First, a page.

How To Get What You Want By Breaking The Rules

Written by Michael D. Pollock

Continued from page 1

Further, by letting go of this particular rule, Janice began walking each morning with her younger sister. The two had drifted apart in recent years, and Janice wanted to strengthen that relationship.

Here's another example of breaking rules, although a fictional one. In a recent "Seinfeld" episode,repparttar character George Costanza discovers if he simply doesrepparttar 102076 opposite of what he'd usually do in a given situation, he'll getrepparttar 102077 outcome he desires in that situation.

George goes for a job interview withrepparttar 102078 New York Yankees. When he meetsrepparttar 102079 team owner, George tells him what a lousy job he's done managingrepparttar 102080 Yankees. Instead of being polite and professional, as he usually would, George is rude and obnoxious. Naturally, he gets hired.

I don't recommend you follow George's lead . . . not totally anyway. It certainly wouldn't hurt to look at some of your own rules though. Look especially inrepparttar 102081 area(s) where you feel stuck or in a rut.

It might also help to talk it out with someone who's trained to help you find solutions and move forward, such as a coach. As one of my other clients recently told me, "I appreciate your honesty and directness in pointing out things that I've had "blinders" on to."

Ready to break some rules? Go ahead. You can do it. As Thomas Edison said: "hell, there are no rules here--we're trying to accomplish something." It may berepparttar 102082 only difference between a life that's so-so and a life that's amazing.

It's Your Life! Make it great.

Michael D. Pollock is a Personal Coach. He works with small business owners to help them build their business without selling themselves or "selling out" on themselves. Visit his website at Subscribe to his popular ezine "It's Your Life!" by sending a blank email to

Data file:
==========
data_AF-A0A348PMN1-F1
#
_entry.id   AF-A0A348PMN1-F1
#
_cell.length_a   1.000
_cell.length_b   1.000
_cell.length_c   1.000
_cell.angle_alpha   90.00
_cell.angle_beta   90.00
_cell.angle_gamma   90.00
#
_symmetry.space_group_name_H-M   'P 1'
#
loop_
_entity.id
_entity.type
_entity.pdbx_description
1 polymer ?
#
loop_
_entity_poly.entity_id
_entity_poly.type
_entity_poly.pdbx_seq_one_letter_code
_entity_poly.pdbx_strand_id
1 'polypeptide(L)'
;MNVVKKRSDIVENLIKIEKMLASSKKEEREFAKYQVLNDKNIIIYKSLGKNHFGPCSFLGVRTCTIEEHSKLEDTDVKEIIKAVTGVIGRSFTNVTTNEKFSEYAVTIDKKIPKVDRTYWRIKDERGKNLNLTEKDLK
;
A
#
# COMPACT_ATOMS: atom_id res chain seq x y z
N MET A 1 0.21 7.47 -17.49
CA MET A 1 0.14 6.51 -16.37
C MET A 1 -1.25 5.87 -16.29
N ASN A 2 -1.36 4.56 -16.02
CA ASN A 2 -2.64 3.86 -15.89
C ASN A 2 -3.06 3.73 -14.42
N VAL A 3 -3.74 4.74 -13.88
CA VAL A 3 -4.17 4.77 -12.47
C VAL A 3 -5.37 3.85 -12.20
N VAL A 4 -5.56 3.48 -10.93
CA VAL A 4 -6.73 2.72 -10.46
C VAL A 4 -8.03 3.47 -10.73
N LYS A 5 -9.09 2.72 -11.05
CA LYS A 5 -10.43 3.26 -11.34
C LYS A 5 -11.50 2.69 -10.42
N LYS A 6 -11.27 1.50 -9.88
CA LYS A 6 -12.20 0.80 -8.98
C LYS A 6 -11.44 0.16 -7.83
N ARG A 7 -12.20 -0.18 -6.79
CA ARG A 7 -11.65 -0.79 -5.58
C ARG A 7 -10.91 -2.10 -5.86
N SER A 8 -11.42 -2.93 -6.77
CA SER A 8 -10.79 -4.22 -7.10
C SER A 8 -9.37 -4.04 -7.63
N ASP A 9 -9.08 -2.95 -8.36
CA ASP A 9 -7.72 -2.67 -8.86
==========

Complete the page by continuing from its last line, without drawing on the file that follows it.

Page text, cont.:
Find Your Ideal Career (or Business) And Create Your Life Resume

Written by Maria Marsala

Continued from page 1

Create a list of every career you've ever thought you might enjoy since you were 5 years old. (Ages 6-10 are extremely important!)

Now go back to all your lists and cross off every task that drove you crazy, or that you couldn't stand doing, or that you promised yourself you'd never do again! Ask yourself, "is this something that I would enjoy doing for 8 hours"?

Take a look at what you are left with and look forrepparttar patterns. For example: Did you enjoy teaching in each paying and volunteer position you've held? Does organizing or working with numbers or working with your hands come up in your descriptions time and time again? Does a clear picture of your ideal career or business shine through?

If your ideal career isn't evident yet, try these resources: ~~ Visitrepparttar 102075 Department of Labor Occupational Outlook Handbook at ~~ Ask people, what careers someone would have if they were doing __________ (the things you enjoy doing)? ~~ Consider haverepparttar 102076 perfect life while you are enjoying working. What would you be doing? OR you won a million dollars andrepparttar 102077 only stipulation in receiving it is that you'd have to continue working. What would you be working at?

Now, go find your ideal career (or business)! Or create something wonderful and new!! Take some classes if need be... and above all, SMILE...

With special thanks torepparttar 102078 John Crystal Institute (NYC), Richard Boles, andrepparttar 102079 many other authors who wrote books I've read or studied overrepparttar 102080 years. Also thank you to everyone who was unable to create their resume, and instead asked me to design it for them.

Maria Marsala, Business & Life Coach-Consultant. Maria works with individuals as they design, start or grow their businesses and careers around around what they love to do. Visit to subscribe to "Growing You and Your Business" a free weekly on-line newsletter.

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